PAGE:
It is not core to what a lot of people have grown up understanding, but it needs to be now.
I think that gap in knowledge and understanding is the biggest challenge.
How do you think procurement and supply chain managers perceive sustainability and ESG?
I am not known for mincing my words, so I would say that most see it as a bit of a pain.
Maybe the more enlightened see it as a nice to do and then of course there are some that are fully embracing this.
There was a survey done when I was at Mitie and it was quite enlightening, across huge organisations about 50% of those businesses had targets in the sustainability arena but only half of that group had a plan to actually deliver them.
That is business as a whole rather than just procurement, but I think it shows the level of maturity in this space so that is what I would say.
Why is it important for procurement to keep banging that drum?
I would say procurement wants to focus on far more than just price, it’s talking about value and some of the key elements, especially in the pandemic and so on recently.
Clearly, cost is a key component, but so is the security of supply chain and so are things like brand image and corporate reputation and all of those are tied up with sustainability.
If you are not delivering on the social value sides of ESG then there is a real risk to your brand image.
If you are not considering how structures are working then you have risks to your supply chain and if organisations aren’t taking action on sustainability on your supply chain, then costs are going to be higher as well.
Even if you are just doing it for procurement reasons then those are good reasons to do it and then if you step up a level to the board and to the C-suite then if you want to drive business performance, sustainability allows you to drive profit, it increases core revenue and reduces your costs.
It allows you to engage effectively with people whether that is clients, investors, employees or regulators they all want that.
It is absolutely fundamental that people integrate sustainability into business strategy and if you aren’t then you are leaving money on the table as a business.
I hear a lot of people saying it is too expensive to go sustainable. Do you find yourself having more conversations to combat that or less now?
I think it is still a widely held perception, some people are getting it.
Without entering the political realm too much I think some of the conversations we have seen in recent weeks about the cost of net zero show how far we have got to go.
I quite regularly get people saying it is too expensive, but I tend to go for an approach something along the lines of ‘Where did you learn maths?’ It just doesn’t make sense.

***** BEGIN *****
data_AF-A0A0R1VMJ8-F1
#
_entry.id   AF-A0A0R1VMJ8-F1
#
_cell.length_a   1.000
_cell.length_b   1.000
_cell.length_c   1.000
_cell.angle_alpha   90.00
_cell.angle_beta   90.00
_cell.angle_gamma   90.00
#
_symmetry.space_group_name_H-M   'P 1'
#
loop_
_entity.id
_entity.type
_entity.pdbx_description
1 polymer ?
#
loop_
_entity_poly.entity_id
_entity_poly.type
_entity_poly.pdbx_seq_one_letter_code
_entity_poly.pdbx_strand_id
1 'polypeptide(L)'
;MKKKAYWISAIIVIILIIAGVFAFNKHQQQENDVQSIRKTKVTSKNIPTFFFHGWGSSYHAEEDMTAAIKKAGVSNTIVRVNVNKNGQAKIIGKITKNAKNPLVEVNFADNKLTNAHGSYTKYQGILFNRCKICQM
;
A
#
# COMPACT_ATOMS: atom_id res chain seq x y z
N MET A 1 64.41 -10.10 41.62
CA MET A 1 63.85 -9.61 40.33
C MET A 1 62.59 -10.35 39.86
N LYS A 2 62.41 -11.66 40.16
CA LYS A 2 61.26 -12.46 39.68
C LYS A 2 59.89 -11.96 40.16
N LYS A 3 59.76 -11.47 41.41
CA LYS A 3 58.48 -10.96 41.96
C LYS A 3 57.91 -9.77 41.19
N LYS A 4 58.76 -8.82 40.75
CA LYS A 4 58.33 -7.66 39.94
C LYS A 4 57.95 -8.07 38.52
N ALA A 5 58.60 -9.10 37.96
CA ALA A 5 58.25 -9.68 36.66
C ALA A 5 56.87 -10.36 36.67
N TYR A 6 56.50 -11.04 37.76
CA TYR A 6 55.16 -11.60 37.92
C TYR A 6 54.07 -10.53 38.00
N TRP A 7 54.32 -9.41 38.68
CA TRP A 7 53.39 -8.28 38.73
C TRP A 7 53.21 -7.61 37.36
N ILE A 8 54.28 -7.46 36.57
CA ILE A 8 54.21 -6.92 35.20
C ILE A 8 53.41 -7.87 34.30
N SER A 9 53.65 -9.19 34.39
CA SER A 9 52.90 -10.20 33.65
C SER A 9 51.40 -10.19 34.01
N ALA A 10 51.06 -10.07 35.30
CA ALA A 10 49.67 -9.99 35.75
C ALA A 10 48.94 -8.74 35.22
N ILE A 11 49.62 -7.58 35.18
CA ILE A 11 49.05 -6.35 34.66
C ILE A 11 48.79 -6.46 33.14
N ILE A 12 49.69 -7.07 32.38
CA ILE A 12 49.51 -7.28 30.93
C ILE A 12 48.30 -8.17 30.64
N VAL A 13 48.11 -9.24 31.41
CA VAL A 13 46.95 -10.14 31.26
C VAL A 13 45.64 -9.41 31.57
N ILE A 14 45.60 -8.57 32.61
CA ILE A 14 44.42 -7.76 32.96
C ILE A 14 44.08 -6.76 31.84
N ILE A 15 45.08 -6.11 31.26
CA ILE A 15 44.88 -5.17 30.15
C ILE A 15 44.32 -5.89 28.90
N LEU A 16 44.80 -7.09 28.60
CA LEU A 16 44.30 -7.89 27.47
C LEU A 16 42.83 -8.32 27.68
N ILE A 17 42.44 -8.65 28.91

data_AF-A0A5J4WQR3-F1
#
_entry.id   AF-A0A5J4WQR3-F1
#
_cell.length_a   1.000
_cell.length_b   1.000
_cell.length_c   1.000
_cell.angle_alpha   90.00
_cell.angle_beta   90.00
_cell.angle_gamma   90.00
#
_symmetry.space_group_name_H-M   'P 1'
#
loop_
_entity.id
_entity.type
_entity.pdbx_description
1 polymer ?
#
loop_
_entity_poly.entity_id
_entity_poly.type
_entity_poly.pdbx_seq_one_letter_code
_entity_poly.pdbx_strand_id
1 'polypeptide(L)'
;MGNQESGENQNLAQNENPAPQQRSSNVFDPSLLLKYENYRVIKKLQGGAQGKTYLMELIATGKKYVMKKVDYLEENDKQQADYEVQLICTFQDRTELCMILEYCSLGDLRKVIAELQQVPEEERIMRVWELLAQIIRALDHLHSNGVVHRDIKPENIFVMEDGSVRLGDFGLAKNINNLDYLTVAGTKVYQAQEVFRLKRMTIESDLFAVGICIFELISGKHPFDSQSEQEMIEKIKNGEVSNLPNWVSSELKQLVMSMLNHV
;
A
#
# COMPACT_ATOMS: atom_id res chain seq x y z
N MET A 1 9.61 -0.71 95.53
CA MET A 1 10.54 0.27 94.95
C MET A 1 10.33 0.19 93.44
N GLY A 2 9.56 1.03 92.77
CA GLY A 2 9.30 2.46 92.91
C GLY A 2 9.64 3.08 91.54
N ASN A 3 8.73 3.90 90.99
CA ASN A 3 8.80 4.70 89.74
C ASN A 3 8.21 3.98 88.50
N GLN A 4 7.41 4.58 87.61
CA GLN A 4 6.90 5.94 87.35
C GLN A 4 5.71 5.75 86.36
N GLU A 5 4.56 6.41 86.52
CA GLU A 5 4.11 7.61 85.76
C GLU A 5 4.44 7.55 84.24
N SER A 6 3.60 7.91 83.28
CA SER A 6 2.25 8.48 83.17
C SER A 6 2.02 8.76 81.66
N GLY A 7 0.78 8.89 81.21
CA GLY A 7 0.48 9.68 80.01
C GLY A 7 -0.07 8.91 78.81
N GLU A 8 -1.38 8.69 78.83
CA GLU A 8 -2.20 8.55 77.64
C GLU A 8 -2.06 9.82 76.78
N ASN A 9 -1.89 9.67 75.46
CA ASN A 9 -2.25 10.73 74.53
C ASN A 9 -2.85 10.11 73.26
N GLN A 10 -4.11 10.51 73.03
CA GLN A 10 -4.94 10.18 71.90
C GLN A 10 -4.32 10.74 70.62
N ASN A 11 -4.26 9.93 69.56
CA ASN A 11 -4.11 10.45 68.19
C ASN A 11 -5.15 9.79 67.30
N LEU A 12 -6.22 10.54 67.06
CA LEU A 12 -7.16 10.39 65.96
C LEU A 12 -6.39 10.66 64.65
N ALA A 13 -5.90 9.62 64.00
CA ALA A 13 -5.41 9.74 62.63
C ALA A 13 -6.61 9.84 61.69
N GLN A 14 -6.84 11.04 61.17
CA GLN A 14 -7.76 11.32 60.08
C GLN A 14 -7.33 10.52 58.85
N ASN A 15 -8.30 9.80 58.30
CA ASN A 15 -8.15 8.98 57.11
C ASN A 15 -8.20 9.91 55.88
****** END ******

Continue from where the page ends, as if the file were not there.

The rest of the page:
I will give you a couple of examples, if you drive the average diesel car in the UK that averages about 43 miles per gallon and costs in fuel about 21p per mile.
If you have an electric car, which you charge on overnight tariffs that cost can be below 2p per mile, so a tenth of the cost.
There is a massive saving there and people say they’re expensive to buy but yet 70% of vehicles sold this year into business and fleet have had an internal combustion engine, it is ridiculous.
Then if you look at electricity, the LCOE (levelised cost of energy) is about $50 a megawatt hour $56 for solar and utility-scale then it is $71 for gas and $88 for coal is actually wind and solar are much cheaper.
So, if you were just doing your normal sourcing process, if you end up with anything other than the zero-carbon answer you’ve got it wrong.
It is simply not true that sustainability is more expensive.
That is just cost not even revenue and increasing price, all of that you can do as well.
What do you think the future is of sustainability in the procurement realm?
Even if it is cost cost cost I have just gone through the financial examples, so if all you care about is savings, if you are not doing this stuff, you are missing a massive opportunity.
Then as you get more mature through the procurement function and approach there are more and more opportunities so let’s think about your supply chain most businesses spend about 70% of their revenue on third-party goods and services, on average.
Those numbers I have just shared on fuel, on electricity that is true for all of your supply chain as well as you.
All of those suppliers are going to be having these significant costs.
Ok, you will be buying some professional services, but most suppliers are going to be making something, they’re going to be manufacturing operations or they are going to be distributing something.
In other words, they are going to be consuming large amounts of energy whether that is gas or electricity they are seeing huge price increases at the moment.
Now if you don’t do anything you’ll have that inflationary cost pressure from your suppliers and internally.
You can be taking action on this stuff and mitigate more and more of that and protect yourself for the future.